The movie is crushing records, did you expect it to do so well financially? Why or why not?

I actually did think “Black Panther” would do well financially because the Netflix series “Luke Cage” (2016) and Jordan Peele’s “Get Out” (2017) have recently prepared the way for it to go over big, as did Steve McQueen’s “12 Years a Slave” (2013) and even Quentin Tarantino’s “Django Unchained” (2012). We want to see complex images of race and racism and we want to discuss the implications. We want to see black creators do their own thing. Of course, I never imagined the film would do $202 million on its opening week-end for the third highest per screen average of all time, over $400 million at the global box office in four days. It will be a billion-dollar film before it is out of cinemas. I hope there will be a director’s cut on DVD.

In the wake of “Black Panther,” I think we will begin to see a lot of smart speculative fiction featuring black creators behind the camera and acting in front of it on both the silver screen and the small screen. We will probably see a parody of it too. I’m cheating when I say Nnedi Okorafor’s “Who Fears Death” has found a home at HBO; that N. K. Jemisin’s Broken Earth trilogy has been optioned for television at TNT; that Nalo Hopkinson’s “Brown Girl in the Ring” is under production in Toronto as a short film as I write. I’m sure the Hollywood powers that be will option the late great Octavia E. Butler’s work. In fact, Ava Duvernay is adapting Butler’s "Dawn," the first in Butler’s Xenogenesis trilogy later renamed “Lilith’s Brood,” for TV already. Anyway, the time is now and the future is bright. There will be good films and bad films from all over the world made by black people. This film will influence many children right now, specifically black, children who dream of making movies after seeing “Black Panther.” We don’t know what young black filmmaker is out there right now. Who knows? It could even be one of my own sons because they momentarily wanted to be Rhino Riders after walking out of the movie.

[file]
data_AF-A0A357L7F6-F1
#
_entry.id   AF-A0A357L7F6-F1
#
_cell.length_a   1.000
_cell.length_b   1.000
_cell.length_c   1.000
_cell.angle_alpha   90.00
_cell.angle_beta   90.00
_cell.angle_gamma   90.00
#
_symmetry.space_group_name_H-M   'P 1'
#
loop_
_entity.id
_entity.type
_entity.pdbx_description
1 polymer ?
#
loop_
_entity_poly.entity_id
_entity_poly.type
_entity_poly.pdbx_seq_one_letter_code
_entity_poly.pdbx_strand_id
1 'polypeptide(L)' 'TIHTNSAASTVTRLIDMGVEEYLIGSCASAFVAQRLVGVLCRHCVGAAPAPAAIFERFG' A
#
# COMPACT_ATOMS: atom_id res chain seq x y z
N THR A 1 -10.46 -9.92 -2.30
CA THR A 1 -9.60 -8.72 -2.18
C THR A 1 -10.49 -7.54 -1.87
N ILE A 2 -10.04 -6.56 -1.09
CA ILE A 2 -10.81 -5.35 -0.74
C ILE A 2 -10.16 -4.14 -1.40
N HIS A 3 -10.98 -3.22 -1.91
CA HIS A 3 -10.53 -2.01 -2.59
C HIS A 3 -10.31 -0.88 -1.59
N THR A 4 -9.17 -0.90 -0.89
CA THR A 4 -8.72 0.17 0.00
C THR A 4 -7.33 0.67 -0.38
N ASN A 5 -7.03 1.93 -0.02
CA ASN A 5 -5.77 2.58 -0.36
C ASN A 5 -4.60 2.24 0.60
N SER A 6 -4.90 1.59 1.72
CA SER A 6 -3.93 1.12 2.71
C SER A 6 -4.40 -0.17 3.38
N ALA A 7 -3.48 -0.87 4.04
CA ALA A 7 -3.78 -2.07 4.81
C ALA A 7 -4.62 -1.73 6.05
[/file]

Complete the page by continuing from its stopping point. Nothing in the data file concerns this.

Contact Rachel Spangenthal